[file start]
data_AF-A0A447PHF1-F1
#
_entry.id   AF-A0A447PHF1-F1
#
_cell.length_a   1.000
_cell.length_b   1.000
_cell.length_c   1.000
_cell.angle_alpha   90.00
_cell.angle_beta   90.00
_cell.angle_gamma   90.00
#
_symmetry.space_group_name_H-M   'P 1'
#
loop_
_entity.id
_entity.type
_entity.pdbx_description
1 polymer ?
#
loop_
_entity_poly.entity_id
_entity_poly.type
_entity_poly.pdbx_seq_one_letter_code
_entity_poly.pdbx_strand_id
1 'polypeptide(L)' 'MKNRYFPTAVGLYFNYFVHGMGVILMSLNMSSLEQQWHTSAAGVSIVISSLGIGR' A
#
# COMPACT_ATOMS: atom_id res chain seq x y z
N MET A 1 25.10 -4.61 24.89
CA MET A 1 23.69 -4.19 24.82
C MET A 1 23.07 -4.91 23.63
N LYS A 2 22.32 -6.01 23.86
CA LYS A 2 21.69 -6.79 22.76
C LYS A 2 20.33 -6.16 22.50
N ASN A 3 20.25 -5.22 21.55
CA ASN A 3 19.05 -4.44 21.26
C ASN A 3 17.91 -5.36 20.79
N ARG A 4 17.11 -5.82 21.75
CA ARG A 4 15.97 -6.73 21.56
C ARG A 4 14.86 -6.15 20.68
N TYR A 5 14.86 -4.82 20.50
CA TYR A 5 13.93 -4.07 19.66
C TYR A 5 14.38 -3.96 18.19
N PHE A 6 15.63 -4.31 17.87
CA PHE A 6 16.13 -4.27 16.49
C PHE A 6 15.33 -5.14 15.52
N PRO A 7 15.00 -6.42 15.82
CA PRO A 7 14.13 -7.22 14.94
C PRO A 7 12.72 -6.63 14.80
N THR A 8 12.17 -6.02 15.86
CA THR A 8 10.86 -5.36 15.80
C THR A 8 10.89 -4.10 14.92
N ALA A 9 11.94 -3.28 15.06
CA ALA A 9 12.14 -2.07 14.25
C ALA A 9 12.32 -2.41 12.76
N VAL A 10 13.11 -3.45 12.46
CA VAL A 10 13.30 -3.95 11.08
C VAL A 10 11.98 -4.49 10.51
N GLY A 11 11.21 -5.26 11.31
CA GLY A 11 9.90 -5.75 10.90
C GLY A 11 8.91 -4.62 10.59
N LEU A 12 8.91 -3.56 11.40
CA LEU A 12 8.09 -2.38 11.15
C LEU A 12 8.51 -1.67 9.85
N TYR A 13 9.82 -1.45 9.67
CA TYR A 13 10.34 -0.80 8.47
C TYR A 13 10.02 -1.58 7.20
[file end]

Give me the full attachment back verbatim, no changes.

data_AF-A0A447PHF1-F1
#
_entry.id   AF-A0A447PHF1-F1
#
_cell.length_a   1.000
_cell.length_b   1.000
_cell.length_c   1.000
_cell.angle_alpha   90.00
_cell.angle_beta   90.00
_cell.angle_gamma   90.00
#
_symmetry.space_group_name_H-M   'P 1'
#
loop_
_entity.id
_entity.type
_entity.pdbx_description
1 polymer ?
#
loop_
_entity_poly.entity_id
_entity_poly.type
_entity_poly.pdbx_seq_one_letter_code
_entity_poly.pdbx_strand_id
1 'polypeptide(L)' 'MKNRYFPTAVGLYFNYFVHGMGVILMSLNMSSLEQQWHTSAAGVSIVISSLGIGR' A
#
# COMPACT_ATOMS: atom_id res chain seq x y z
N MET A 1 25.10 -4.61 24.89
CA MET A 1 23.69 -4.19 24.82
C MET A 1 23.07 -4.91 23.63
N LYS A 2 22.32 -6.01 23.86
CA LYS A 2 21.69 -6.79 22.76
C LYS A 2 20.33 -6.16 22.50
N ASN A 3 20.25 -5.22 21.55
CA ASN A 3 19.05 -4.44 21.26
C ASN A 3 17.91 -5.36 20.79
N ARG A 4 17.11 -5.82 21.75
CA ARG A 4 15.97 -6.73 21.56
C ARG A 4 14.86 -6.15 20.68
N TYR A 5 14.86 -4.82 20.50
CA TYR A 5 13.93 -4.07 19.66
C TYR A 5 14.38 -3.96 18.19
N PHE A 6 15.63 -4.31 17.87
CA PHE A 6 16.13 -4.27 16.49
C PHE A 6 15.33 -5.14 15.52
N PRO A 7 15.00 -6.42 15.82
CA PRO A 7 14.13 -7.22 14.94
C PRO A 7 12.72 -6.63 14.80
N THR A 8 12.17 -6.02 15.86
CA THR A 8 10.86 -5.36 15.80
C THR A 8 10.89 -4.10 14.92
N ALA A 9 11.94 -3.28 15.06
CA ALA A 9 12.14 -2.07 14.25
C ALA A 9 12.32 -2.41 12.76
N VAL A 10 13.11 -3.45 12.46
CA VAL A 10 13.30 -3.95 11.08
C VAL A 10 11.98 -4.49 10.51
N GLY A 11 11.21 -5.26 11.31
CA GLY A 11 9.90 -5.75 10.90
C GLY A 11 8.91 -4.62 10.59
N LEU A 12 8.91 -3.56 11.40
CA LEU A 12 8.09 -2.38 11.15
C LEU A 12 8.51 -1.67 9.85
N TYR A 13 9.82 -1.45 9.67
CA TYR A 13 10.34 -0.80 8.47
C TYR A 13 10.02 -1.58 7.20